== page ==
ALP: Preparing for that 2015 panel, I looked at my own bibliography: in over ten years of translating work by more than forty authors, not a single book-length translation I’d had published was written by a woman. I felt complicit—like part of the problem. Those books reflected what the publishers were acquiring, not the world I lived in, nor my fellow readers; my “dream” project list was different. So I was surprised that these findings spurred me into more actively pursuing, pitching, and placing projects.

I looked at my own bibliography: in over ten years of translating work by more than forty authors, not a single book-length translation I’d had published was written by a woman. I felt complicit—like part of the problem. Those books reflected what the publishers were acquiring, not the world I lived in…

– Alta L. Price

How has the WIT tumblr evolved in terms of its purpose and what content you post since its creation in 2015?

ALP: From the initial graphs we went on to conduct short interviews, post links to relevant articles, pertinent quotations from what we were reading, etc. Then came a period of tallying various prizes and their short- and longlists. Then I felt we could use the platform to share resources like grants or awards open to submissions, bookstore events, etc. We try to keep it exciting while not straying too far from the core mission.

MC: Our evolution is reflected in our “About” statement: “Raising awareness of women in translation by posting writeups, Q&As, charts & graphs, reading reports, letters to the editor, links to reviews + announcements + more. We cover writers, translators, editors, reviewers, bloggers, & others who identify as women and who are part of the conversation about the gender gap & other gaps in translation.” We understand “women in translation” in a broad sense. From the outset, we’ve also been interested in translators and all other players on the literary translation scene who are women. 

Throughout your time as activists, what changes have you seen in terms of the gender gap in what’s being published, awarded, and reviewed?

ALP: As you can see in the WiT archive, more readers are talking and writing about the gender gap. The VIDA Count, although it doesn’t cover translation, also expanded to examine the even more extreme racial gap—these movements can bolster one another. And in 2017, a cadre of activists worked to establish the Warwick Prize for Women in Translation. Meanwhile, Anglophone publishers and acquiring editors are finally looking farther beyond Europe and its languages, which means other prizes are doing a tiny bit better there, too. For the past couple of years, major newspapers covering the International Booker prize have noted that its lists have been “dominated” by women, which is an interesting word choice.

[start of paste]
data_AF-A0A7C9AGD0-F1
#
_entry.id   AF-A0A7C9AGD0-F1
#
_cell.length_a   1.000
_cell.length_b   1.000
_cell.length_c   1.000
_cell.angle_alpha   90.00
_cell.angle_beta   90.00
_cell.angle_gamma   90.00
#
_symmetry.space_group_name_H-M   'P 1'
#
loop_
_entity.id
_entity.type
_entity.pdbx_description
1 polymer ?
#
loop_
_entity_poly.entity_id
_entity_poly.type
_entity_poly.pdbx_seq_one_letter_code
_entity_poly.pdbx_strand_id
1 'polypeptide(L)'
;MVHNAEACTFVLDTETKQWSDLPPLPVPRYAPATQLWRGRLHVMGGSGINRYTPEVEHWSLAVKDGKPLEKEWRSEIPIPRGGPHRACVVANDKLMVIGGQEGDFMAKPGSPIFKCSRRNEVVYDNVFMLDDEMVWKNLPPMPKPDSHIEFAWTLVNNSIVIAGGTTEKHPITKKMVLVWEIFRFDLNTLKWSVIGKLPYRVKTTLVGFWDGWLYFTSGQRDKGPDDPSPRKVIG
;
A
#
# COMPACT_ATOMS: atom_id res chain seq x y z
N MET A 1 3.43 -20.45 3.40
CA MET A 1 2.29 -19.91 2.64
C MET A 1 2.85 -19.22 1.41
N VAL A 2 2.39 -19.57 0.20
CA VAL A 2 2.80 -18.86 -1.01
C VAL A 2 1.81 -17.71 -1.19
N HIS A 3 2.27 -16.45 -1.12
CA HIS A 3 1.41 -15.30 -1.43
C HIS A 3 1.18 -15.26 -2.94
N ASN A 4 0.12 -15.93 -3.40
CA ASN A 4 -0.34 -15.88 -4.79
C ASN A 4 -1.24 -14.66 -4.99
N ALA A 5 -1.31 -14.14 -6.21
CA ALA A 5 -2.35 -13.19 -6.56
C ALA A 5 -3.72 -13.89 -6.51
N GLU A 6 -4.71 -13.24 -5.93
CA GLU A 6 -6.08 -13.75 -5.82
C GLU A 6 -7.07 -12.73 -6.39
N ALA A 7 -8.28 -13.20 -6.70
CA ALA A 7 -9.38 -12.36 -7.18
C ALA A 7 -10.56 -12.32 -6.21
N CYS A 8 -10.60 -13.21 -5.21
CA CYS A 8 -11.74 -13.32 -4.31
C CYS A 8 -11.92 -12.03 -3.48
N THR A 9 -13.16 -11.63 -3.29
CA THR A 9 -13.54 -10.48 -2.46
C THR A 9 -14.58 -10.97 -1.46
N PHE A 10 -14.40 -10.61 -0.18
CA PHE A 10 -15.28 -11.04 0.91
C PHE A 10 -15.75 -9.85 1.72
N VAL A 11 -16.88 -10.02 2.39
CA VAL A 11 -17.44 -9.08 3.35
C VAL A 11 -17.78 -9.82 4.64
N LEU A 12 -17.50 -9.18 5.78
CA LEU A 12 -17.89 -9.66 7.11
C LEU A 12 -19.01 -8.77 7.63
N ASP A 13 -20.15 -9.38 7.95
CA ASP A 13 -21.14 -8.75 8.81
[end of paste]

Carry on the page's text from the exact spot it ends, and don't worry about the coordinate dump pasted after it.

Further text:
Many reviewers still struggle to cover translation (beyond the obligatory adverb) and #namethetranslator, and many publishers still don’t bother to credit translators on the cover or include them in books’ metadata—but many does not mean all, and translators and booksellers I know are exercising increased agency whenever possible. I have a backlog of New York Times and other book reviews I’d still like to tally, but it requires a lot of volunteer labor before publishing the findings. If we revisit this in another five years, hopefully we’ll have more positive change to report.

MC: To follow up on Alta’s comment about literary prizes: is a shortlist that’s dominated by male authors newsworthy? No. It’s only when the universal male norm is challenged that you see a headline. Fact is, for decades there’s been a scandalous dominance of male authors and translators in literary prizes for translations. If these prizes have skewed in recent years in favor of women authors and women translators, I see that as a gain.

Another welcome change I’ve seen is that US presses whose founding mission is to publish women, such as Feminist Press and Dorothy, have been bringing out more works in translation. 

Can you each leave us with a recommendation of a book by a woman you would love to see translated into English and why?

ALP: If you’ll allow me one recommendation from each of the languages I work from…

This is old news, but I’d still like to see Italian author Joyce Lussu’s Lotte, ricordi e altro (“Battles, Recollections, Etc.”) translated into English. An excerpt was featured in the 2015 PEN World Voices Festival online anthology, and I regret having to say her observations regarding the roles of sex, race, class, and religion in shaping human lives remain relevant as ever. It’s nonfiction, but her work as a poet and translator gave everything she wrote a literary quality. Her other works include what we now call speculative fiction, a book about witches, and an epic examination of her own family history, so there’s a lot not yet available in English from this unique writer. She’d be thrilled to know translators like André Naffis-Sahely, Jamie Richards, and Aaron Robertson are bringing work by authors like Ribka Sibhatu and Igiaba Scego into English.

For German, Olivia Wenzel’s innovative novel 1000 Serpentinen Angst (“1,000 Coils of Fear”) blew me away. Its unnamed narrator—daughter of an East German mother and Angolan father, sister of a twin brother who took his own life at seventeen—flashes back and forth in time, place, and style, weaving a gripping travelogue as she explores and interrogates her inner and outer worlds. Happily, a US publisher has already acquired the rights, so be on the lookout for this in the next year or two.

MC: Instead of recommending a specific book, given the longstanding bias against translating books by women into English, I’d like to advocate for writers whose work should have been translated into English long ago but who never came to anyone’s notice. Or maybe proposals to bring their books into English never got anywhere. Or their books are out of print and they’ve dropped out of the literary conversation in their countries. It’s a project to recover women whose writing didn’t fit into the “man of letters” model that over time has stood the best chance of enduring and of being brought into English. Women in Translation advocacy should also take a look back at these writers and make the case for their translation into English.

The recent translation into English of stories by the Mexican writer Amparo Dávila (translated by Audrey Harris and Matthew Gleeson) is a great example of a writer who should have been translated into English decades ago. There should be more recoveries like that. 

Interview by Cindy Brzostowski & Salwa Benaissa